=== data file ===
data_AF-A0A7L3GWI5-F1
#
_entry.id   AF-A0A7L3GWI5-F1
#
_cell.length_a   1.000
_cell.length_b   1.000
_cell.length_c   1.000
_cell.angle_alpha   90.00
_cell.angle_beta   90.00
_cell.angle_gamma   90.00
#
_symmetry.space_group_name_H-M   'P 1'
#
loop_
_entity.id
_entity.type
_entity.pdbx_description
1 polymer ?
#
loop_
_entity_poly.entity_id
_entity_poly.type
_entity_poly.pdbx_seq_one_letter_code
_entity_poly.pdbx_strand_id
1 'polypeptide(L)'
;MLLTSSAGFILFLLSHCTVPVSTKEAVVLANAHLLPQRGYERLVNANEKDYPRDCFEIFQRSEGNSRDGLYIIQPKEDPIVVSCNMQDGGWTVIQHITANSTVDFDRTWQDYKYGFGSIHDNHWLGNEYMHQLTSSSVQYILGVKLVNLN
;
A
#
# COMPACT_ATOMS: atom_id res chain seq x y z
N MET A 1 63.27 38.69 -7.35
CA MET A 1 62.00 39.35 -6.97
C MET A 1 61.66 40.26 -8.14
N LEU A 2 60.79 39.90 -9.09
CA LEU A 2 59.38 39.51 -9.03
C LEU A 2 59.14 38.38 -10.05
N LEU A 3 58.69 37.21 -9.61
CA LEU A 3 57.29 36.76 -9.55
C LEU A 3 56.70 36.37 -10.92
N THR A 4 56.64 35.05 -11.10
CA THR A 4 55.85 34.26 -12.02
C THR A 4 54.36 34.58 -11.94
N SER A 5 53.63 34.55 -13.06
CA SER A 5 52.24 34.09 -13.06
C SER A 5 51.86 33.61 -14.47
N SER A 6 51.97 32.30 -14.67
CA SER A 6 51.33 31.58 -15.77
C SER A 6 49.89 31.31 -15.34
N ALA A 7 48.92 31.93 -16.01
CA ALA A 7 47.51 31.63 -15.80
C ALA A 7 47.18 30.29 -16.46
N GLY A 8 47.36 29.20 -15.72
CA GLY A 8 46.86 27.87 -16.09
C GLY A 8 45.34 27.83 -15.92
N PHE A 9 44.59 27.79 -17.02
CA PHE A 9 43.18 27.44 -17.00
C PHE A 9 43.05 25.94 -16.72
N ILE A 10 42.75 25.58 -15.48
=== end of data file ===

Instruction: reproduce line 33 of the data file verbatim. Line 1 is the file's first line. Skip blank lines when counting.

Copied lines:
C MET A 1 61.66 40.26 -8.14